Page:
Senate Republicans on Thursday blocked proposals to extend unemployment benefits for the long-term jobless, the latest in a series of Democratic attempts to advance the issue and a setback for President Obama.

Democrats, who have tried repeatedly to advance the bill since late last year, vowed to try again.

"I'm beginning to believe there is nothing that will get Republicans to 'yes,' " said Senate Majority Leader Harry Reid, D-Nev.

A vote to temporarily extend benefits for three months, retroactive to late December, fell one vote shy of the 60 needed to clear a key procedural vote. Four Republicans voted for the legislation, while all 55 members of the Democratic caucus supported it.

The finally tally was 58-40 after Senate Majority Leader Reid, D-Nev., switched his yes vote to a no in a parliamentary procedure that allows him to bring up the bill again.

Immediately after, a bill that called for extending long-term benefits for the rest of the year failed 55-43. The measure would have fully paid for itself by extending sequestration cuts for another year, a move expected to save about $25 billion. Republicans opposed the measure after demanding, among other things, an open amendment process.

About 1.4 million fewer Americans are receiving unemployment benefits after a 5-year-old emergency federal program expired Dec. 28. The program provided up to 47 extra weeks of unemployment aid paid for by the federal government after the jobless had exhausted their state benefits.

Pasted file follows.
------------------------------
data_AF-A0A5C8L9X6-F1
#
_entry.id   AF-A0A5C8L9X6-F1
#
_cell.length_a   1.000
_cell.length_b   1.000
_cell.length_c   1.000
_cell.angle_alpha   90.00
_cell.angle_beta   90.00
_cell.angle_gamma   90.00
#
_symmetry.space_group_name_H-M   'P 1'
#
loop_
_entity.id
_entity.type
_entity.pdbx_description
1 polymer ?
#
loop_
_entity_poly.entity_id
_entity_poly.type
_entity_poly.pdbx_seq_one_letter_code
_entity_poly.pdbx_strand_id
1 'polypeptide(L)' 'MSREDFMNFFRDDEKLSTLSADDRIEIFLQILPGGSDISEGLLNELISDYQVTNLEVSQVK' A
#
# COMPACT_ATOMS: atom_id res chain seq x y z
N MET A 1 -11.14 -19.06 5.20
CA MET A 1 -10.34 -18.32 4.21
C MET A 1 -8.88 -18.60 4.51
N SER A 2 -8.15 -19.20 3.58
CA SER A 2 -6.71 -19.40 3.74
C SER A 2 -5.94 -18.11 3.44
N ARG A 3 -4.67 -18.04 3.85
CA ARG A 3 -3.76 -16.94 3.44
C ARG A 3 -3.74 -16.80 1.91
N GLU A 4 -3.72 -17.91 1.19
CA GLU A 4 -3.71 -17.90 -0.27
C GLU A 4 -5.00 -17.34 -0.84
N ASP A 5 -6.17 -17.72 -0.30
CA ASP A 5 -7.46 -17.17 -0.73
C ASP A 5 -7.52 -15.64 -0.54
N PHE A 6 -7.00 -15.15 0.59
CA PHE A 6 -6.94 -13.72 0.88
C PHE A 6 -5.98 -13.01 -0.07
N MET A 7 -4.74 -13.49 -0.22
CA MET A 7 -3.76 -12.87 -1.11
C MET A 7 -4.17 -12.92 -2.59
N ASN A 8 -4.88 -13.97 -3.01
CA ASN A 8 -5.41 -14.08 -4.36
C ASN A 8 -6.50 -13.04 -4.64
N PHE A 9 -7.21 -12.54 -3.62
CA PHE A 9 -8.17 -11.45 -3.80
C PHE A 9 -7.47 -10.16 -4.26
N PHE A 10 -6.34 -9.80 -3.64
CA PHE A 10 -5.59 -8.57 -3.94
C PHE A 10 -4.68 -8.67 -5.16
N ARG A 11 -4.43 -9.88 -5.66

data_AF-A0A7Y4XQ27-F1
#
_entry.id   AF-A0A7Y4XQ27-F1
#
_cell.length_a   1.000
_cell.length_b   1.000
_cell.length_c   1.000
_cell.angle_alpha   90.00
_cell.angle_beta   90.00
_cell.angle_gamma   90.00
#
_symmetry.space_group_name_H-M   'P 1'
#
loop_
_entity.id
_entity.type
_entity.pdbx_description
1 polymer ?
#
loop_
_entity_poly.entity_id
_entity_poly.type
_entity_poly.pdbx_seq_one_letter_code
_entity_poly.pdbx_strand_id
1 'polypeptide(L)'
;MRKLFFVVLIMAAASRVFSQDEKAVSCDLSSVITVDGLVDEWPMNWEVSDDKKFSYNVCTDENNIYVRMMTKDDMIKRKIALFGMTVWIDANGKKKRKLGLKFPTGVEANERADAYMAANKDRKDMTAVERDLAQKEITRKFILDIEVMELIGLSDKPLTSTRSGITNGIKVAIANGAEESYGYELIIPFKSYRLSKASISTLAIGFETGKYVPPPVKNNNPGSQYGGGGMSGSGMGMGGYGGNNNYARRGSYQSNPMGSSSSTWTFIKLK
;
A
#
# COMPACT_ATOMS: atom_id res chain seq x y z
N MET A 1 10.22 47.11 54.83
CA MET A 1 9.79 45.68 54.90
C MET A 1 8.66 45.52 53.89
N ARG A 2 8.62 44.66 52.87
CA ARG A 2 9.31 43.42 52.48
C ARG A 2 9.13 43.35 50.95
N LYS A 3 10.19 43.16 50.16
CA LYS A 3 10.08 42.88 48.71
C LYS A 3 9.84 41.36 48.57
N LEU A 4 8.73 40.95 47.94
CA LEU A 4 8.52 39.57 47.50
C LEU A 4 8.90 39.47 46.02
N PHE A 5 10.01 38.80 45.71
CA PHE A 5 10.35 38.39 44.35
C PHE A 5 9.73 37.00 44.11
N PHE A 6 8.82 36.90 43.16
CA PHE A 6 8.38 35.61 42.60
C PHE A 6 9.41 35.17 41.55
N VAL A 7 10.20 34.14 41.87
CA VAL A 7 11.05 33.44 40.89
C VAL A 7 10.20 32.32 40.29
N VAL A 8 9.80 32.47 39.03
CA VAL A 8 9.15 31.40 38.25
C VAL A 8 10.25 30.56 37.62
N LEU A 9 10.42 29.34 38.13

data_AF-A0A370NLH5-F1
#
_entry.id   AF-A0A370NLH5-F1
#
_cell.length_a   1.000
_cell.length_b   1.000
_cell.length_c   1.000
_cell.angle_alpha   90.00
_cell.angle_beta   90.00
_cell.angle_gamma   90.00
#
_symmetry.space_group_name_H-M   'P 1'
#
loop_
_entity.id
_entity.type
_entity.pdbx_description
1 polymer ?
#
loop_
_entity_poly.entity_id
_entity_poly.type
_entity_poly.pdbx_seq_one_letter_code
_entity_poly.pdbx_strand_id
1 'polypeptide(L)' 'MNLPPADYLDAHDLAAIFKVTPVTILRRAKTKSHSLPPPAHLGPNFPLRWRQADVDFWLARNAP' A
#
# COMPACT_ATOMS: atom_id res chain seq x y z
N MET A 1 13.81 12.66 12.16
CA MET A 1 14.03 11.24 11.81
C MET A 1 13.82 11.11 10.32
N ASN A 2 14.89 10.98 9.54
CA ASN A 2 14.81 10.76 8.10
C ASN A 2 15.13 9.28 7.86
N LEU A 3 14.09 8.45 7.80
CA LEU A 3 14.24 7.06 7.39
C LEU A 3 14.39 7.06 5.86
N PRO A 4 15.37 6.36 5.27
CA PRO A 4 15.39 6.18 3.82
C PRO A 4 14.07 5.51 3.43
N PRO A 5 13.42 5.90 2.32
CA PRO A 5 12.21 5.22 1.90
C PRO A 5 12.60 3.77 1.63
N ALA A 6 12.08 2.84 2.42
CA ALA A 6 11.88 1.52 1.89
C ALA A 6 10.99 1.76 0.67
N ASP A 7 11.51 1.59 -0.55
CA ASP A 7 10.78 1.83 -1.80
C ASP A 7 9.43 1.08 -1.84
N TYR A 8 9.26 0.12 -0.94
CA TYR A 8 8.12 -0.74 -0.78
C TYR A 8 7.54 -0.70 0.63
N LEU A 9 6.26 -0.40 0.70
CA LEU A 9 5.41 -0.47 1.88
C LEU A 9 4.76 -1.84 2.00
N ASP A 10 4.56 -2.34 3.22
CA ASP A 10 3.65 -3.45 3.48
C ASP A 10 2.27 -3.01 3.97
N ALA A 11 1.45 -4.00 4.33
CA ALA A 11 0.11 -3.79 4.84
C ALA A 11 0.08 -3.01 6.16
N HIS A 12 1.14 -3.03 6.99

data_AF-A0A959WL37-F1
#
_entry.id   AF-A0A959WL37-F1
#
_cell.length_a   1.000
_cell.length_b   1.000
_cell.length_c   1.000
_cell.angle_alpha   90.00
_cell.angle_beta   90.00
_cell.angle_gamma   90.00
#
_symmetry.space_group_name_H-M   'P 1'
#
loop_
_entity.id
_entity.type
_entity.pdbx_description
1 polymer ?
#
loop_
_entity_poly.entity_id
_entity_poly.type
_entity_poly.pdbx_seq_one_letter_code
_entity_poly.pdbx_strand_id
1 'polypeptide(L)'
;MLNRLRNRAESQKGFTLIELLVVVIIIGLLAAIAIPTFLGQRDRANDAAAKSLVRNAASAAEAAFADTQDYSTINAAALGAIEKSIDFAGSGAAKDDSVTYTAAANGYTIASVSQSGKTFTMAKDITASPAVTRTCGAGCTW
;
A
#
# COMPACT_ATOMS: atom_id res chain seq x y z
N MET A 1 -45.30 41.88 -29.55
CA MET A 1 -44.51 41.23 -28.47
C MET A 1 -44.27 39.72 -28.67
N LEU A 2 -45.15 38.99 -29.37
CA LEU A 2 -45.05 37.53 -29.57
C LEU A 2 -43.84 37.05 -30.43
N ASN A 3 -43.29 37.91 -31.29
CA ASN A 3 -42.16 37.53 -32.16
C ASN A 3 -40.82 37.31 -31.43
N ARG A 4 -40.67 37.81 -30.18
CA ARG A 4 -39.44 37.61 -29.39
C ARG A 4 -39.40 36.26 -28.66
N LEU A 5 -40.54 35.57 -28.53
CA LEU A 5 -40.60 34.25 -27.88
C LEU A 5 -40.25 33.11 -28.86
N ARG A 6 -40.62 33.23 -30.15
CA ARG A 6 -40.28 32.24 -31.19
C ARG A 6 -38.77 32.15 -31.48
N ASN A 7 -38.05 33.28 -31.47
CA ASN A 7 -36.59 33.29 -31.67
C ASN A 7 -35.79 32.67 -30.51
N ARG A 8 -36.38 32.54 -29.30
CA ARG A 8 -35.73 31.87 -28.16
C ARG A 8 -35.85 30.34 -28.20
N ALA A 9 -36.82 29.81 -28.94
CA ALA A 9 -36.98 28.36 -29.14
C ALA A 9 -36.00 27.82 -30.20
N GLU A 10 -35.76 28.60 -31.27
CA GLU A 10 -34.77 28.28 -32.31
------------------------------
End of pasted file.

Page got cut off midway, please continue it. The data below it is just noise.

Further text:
A White House statement called the vote "disappointing" and blamed Senate Republicans for denying suffering Americans a "vital lifeline to support their families as they actively search each and every day for a job."

The president, during his State of the Union speech, called on Congress to restore the expired long-term unemployment benefits.

But Republicans said the emergency unemployment compensation program, which President George W. Bush signed into law in 2008, was never meant to be a permanent program. And they blamed the Obama administration for failing to do more to put jobless Americans back to work.

"We can get Americans back to work and our economy booming again, but this is not achieved by Washington turning a temporary federal benefit into another welfare program," said Sen. Jim Inhofe, R-Okla.

Senate Republicans last month blocked an earlier version of the three-month long bill. But the updated version, unlike the previous one, would fully offset its $6.4 billion cost by through "pension smoothing," a bookkeeping technique that allows companies to use historical data in determining pension contributions.

The measure was sponsored by Sens. Dean Heller, R-Nev., and Jack Reed, D-R.I., whose states have among the highest percentages of unemployed in the nation.

"We will keep negotiating with colleagues on both sides of the aisle to reach a compromise that will secure these benefits for those who need them," Heller said.